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Ponce v. Harrison

January 8, 2008

RICARDO PONCE, PETITIONER,
v.
CHARLES HARRISON, WARDEN, RESPONDENT.



The opinion of the court was delivered by: Irma E. Gonzalez, Chief Judge United States District Court

ORDER: 1) REJECTING PETITIONER'S OBJECTIONS (Doc. No. 39); 2) ADOPTING REPORT AND RECOMMENDATION (Doc. No. 36); and PETITION FOR WRIT OF HABEAS CORPUS (Doc. No. 27). 3) DENYING SECOND AMENDED

Petitioner Ricardo Ponce ("petitioner"), a state prisoner proceeding through counsel, has filed a petition for writ of habeas corpus pursuant to Title 28 U.S.C. § 2254 challenging his March, 2000 conviction for forcible rape. (Doc. No. 1.) This matter was referred to United States Magistrate Judge William McCurine pursuant to 28 U.S.C. § 636(b)(1)(B). On August 29, 2007, Magistrate Judge McCurine issued a Report and Recommendation ("Report") recommending the Court deny the petition for writ of habeas corpus. Respondent filed objections to the Report on September 14, 2007.*fn1 (Doc. No. 37.) Petitioner filed objections to the Report on September 28, 2007. (Doc. No. 39.)

Following de novo review of petitioner's claims, the Court finds Magistrate Judge McCurine's Report to be thorough, complete, and an accurate analysis of the legal issues presented in the petition. For the reasons explained below, the Court: (1) adopts in full Magistrate Judge McCurine's Report; (2) rejects the petitioner's objections; and (3) denies the second amended petition for writ of habeas corpus.

BACKGROUND

State Proceedings

The Court hereby incorporates by reference the magistrate judge's accurate recitation of the facts as determined by the California Court of Appeal. (Report at 5-6.) As the magistrate judge correctly noted, the Court presumes state court findings of fact to be correct. 28 U.S.C. § 2254(e)(1). To summarize, petitioner entered the home of his former fiancée, Leidy M., at approximately 4:00 a.m. on October 23, 1995. Leidy permitted petitioner to stay until her mother left the house, but then asked him to leave and reiterated her desire to end their relationship. Petitioner grabbed Leidy by the arms and legs and carried her to the bedroom against her will. He tied her hands behind her back with a sock, held her down, and raped her. In addition to testimony regarding the rape of Leidy M., the jury also heard testimony regarding two prior assaults by petitioner in 1991, the rape of Lupe C. and the attempted rape of Luz A.

On November 22, 1999, the San Diego County District Attorney's Office filed an Amended Information charging petitioner with one count of forcible rape in violation of California Penal Code Section 261(a)(2). The Amended Information also alleged the rape was committed by binding and tying the victim within the meaning of California Penal Code Section 667.61(b)(c)(e)(6), and contained special sentence-enhancing allegations that petitioner qualified as a habitual sexual offender (Cal. Penal Code § 667.71), had previously been in prison from prior sexual offense convictions in 1991 and 1992, and those prior convictions qualified as serious felonies (Cal. Penal Code § 667(a)) under California's Three Strikes Law (Cal. Penal Code § 1170.12). (Lodgment 1 at 7-8.)

On December 6, 2000, the jury found all special allegations were true and found petitioner guilty of rape. (Id. at 213-14.) The state court sentenced petitioner to a prison term of 85 years to life on March 17, 2000. (Id. at 219.) Petitioner appealed, and the California Court of Appeal affirmed his conviction in an unpublished written opinion of September 5, 2003. (Lodgment 3.) The Supreme Court of California denied review on November 14, 2003. (Lodgment 4.)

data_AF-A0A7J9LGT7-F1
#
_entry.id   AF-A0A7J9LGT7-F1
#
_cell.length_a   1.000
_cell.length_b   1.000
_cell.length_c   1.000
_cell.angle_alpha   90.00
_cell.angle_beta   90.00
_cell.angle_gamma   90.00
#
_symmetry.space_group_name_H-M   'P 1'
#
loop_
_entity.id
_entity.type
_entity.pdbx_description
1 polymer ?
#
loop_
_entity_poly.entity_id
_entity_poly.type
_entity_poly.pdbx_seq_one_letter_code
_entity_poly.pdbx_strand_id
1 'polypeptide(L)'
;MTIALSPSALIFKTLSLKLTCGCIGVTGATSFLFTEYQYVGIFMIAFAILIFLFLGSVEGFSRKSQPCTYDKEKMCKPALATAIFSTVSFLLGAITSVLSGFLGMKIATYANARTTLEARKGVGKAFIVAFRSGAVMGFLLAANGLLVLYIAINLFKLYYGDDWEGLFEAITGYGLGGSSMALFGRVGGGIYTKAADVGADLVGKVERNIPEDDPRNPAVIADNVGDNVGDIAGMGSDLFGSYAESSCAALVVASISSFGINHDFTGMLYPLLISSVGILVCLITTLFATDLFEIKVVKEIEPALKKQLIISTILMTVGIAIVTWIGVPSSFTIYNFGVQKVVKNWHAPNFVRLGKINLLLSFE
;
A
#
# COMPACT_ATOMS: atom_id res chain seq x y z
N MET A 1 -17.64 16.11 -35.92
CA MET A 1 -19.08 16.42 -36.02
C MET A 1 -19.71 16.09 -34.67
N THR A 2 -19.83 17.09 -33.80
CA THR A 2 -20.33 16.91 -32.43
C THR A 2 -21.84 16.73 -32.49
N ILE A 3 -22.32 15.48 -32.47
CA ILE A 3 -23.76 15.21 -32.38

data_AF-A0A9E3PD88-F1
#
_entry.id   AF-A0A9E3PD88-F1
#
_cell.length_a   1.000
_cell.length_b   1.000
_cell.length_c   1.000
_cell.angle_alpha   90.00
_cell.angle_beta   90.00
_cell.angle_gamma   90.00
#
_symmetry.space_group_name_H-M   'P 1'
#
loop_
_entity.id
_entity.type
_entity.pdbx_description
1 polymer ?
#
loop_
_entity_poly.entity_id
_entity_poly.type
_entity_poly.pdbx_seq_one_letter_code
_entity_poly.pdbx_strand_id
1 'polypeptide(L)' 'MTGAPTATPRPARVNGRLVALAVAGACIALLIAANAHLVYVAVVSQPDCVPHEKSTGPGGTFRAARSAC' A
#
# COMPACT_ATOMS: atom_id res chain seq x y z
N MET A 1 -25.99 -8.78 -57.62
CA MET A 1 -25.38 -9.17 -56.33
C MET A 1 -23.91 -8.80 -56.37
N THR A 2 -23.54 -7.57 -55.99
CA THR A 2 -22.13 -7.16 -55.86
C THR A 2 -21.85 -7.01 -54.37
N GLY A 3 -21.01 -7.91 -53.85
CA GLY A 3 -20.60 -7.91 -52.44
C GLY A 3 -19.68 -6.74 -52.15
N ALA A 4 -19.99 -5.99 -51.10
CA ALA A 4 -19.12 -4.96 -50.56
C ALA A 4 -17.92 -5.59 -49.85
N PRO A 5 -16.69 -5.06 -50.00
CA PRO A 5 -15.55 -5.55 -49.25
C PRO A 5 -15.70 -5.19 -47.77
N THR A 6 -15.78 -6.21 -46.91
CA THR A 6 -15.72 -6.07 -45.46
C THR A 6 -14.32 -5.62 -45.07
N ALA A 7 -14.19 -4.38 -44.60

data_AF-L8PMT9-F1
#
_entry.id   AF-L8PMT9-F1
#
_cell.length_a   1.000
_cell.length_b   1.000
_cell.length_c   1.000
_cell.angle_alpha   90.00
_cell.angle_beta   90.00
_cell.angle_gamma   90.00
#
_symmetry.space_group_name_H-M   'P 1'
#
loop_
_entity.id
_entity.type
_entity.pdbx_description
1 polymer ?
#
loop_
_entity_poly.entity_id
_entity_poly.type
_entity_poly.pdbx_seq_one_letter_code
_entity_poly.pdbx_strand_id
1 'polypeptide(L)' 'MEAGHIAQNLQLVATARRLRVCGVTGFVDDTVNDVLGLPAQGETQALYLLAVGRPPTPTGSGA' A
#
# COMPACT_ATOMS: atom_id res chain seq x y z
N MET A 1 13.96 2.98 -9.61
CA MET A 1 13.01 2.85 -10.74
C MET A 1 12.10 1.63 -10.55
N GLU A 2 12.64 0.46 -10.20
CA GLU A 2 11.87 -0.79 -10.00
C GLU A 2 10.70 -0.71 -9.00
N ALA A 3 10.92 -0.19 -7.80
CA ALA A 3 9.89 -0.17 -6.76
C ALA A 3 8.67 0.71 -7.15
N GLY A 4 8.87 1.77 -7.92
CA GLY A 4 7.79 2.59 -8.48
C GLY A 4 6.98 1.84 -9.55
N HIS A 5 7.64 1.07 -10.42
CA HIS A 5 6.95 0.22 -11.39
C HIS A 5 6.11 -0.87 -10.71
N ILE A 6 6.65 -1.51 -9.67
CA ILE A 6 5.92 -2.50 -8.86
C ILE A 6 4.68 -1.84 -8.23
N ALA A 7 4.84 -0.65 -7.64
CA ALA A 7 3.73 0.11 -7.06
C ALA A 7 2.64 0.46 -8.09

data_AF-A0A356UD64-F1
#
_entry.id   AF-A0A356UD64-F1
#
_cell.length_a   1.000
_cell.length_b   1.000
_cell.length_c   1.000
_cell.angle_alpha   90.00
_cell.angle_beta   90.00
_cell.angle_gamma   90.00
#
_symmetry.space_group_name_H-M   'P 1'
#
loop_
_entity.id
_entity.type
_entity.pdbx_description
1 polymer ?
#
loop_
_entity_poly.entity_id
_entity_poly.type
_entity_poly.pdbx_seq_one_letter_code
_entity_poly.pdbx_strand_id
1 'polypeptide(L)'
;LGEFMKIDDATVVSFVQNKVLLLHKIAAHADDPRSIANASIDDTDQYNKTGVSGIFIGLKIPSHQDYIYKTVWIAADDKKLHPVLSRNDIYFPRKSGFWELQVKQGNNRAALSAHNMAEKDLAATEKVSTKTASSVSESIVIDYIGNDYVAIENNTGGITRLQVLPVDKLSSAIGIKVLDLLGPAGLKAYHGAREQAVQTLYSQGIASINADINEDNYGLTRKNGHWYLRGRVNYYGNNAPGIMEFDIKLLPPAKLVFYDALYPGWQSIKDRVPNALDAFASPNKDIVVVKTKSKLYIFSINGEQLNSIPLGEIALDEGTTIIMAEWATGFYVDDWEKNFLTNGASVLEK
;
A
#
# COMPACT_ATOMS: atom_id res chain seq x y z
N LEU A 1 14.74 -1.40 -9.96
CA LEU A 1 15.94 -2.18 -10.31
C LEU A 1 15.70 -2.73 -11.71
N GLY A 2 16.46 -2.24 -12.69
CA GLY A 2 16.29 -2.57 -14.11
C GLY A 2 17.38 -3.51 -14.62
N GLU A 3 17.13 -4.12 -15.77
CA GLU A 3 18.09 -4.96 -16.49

Federal Proceedings

Petitioner, proceeding through counsel, filed his original petition for writ of habeas corpus on February 8, 2005. (Doc. No. 1.) Petitioner claimed (1) he was denied his Fifth, Sixth, and Fourteenth Amendment rights when he was prevented from testifying in his own defense by the trial court's ruling that the prosecution would be permitted to cross examine him about his prior sexual offenses, and (2) the admission of evidence of prior sexual offenses to show his propensity to commit such acts violated his Fourteenth Amendment right to due process of law.

Respondent filed an answer on May 11, 2005. On June 29, 2005, Magistrate Judge Leo S. Papas found claim one of the petition had not been exhausted in state court. (Doc. No. 12.) On August 2, 2005, petitioner moved to dismiss the unexhausted claim without prejudice and requested the Court stay proceedings while petitioner returned to state court to exhaust his claim. (Doc. No. 14.) Magistrate Judge Papas granted petitioner's motion for stay and abeyance on August 4, 2005. (Doc. No. 15.)

On August 25, 2005, petitioner filed a petition for writ of habeas corpus in the California Supreme Court, alleging the violation of his federal constitutional rights by the trial court's ruling regarding the scope of cross-examination. (Lodgment 10.) The Supreme Court of California denied review on June 14, 2006. (Lodgment 11.)

Returning to federal court, petitioner filed his first amended petition nunc pro tunc to July 19, 2006 (Doc. No. 21), and his second amended petition nunc pro tunc to November 16, 2006 (Doc. No. 27). Respondents filed an answer on January 31, 2007, which addressed the merits of both claims and asserted claim one had been procedurally defaulted. (Doc. No. 29) Petitioner moved to strike the answer, arguing the affirmative defense of procedural default had been waived. (Doc. No. 31.) The Court denied the motion on March 9, 2007, and ...


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